Silent Night

Nighttime is usually viewed as a silent period; cars no longer clutter the roads, restaurants have shut down, and people are quietly sleeping in their beds. It seems only appropriate then that Elie Wiesel's Night should have so much meaning wrapped up in this theme of silence. In fact, Wiesel's personal account of the Holocaust recounts what could be described as a "silent period" in world history (for various reasons that will be examined). This idea of silence floods Wiesel's narrative in several forms. This paper will attempt to examine three specific types of silence present in Wiesel's short novel: individualistic - as seen specifically through the eyes of the narrator, communal - as it relates to both the Jewish community and their relationship with the Nazis, and spiritual - both in Wiesel's struggle with God and in the Lord's apparent silence to His followers.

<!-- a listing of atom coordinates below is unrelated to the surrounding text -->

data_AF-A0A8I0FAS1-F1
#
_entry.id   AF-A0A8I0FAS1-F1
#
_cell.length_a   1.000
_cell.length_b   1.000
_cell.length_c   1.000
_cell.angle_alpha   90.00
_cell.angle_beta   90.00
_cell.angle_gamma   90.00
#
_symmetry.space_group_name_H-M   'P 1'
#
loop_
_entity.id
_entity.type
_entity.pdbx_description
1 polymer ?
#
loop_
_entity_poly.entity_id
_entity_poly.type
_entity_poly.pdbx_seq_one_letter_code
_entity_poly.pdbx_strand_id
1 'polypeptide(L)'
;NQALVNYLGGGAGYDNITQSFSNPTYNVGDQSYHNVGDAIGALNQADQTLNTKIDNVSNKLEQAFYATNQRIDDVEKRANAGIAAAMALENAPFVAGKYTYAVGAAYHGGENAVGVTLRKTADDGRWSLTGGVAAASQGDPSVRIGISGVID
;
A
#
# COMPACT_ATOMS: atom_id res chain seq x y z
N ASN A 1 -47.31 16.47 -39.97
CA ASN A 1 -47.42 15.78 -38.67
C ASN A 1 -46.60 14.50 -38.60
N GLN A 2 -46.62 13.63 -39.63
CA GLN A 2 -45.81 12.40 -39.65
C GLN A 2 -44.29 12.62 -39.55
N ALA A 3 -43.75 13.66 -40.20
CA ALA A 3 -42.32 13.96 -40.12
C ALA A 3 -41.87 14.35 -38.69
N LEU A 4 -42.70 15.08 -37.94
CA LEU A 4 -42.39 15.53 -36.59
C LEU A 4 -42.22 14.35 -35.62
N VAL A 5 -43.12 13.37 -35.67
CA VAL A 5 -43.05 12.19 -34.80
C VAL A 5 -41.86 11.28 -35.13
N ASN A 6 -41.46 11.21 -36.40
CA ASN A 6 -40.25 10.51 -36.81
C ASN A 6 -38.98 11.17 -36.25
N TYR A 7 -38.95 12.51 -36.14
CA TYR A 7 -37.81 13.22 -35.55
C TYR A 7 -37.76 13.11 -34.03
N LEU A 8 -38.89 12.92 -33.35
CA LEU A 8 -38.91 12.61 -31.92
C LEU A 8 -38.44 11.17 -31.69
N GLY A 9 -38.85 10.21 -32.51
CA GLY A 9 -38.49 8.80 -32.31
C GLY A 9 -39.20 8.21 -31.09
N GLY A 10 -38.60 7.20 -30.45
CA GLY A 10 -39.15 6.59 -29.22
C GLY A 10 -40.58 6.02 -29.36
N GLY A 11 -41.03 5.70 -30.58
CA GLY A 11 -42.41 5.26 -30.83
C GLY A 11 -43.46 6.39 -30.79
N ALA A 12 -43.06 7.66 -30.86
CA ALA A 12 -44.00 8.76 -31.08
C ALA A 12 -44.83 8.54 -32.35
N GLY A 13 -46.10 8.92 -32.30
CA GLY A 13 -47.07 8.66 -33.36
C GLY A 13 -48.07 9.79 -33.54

The first of these is perhaps the saddest example present in Night. Wiesel struggles mainly with what could be described as physical silence, in that he is unable or unwilling to physically act even when he knows that he should. One of the first examples occurs when Idek attacks Wiesel for no apparent reason. Wiesel tries his...

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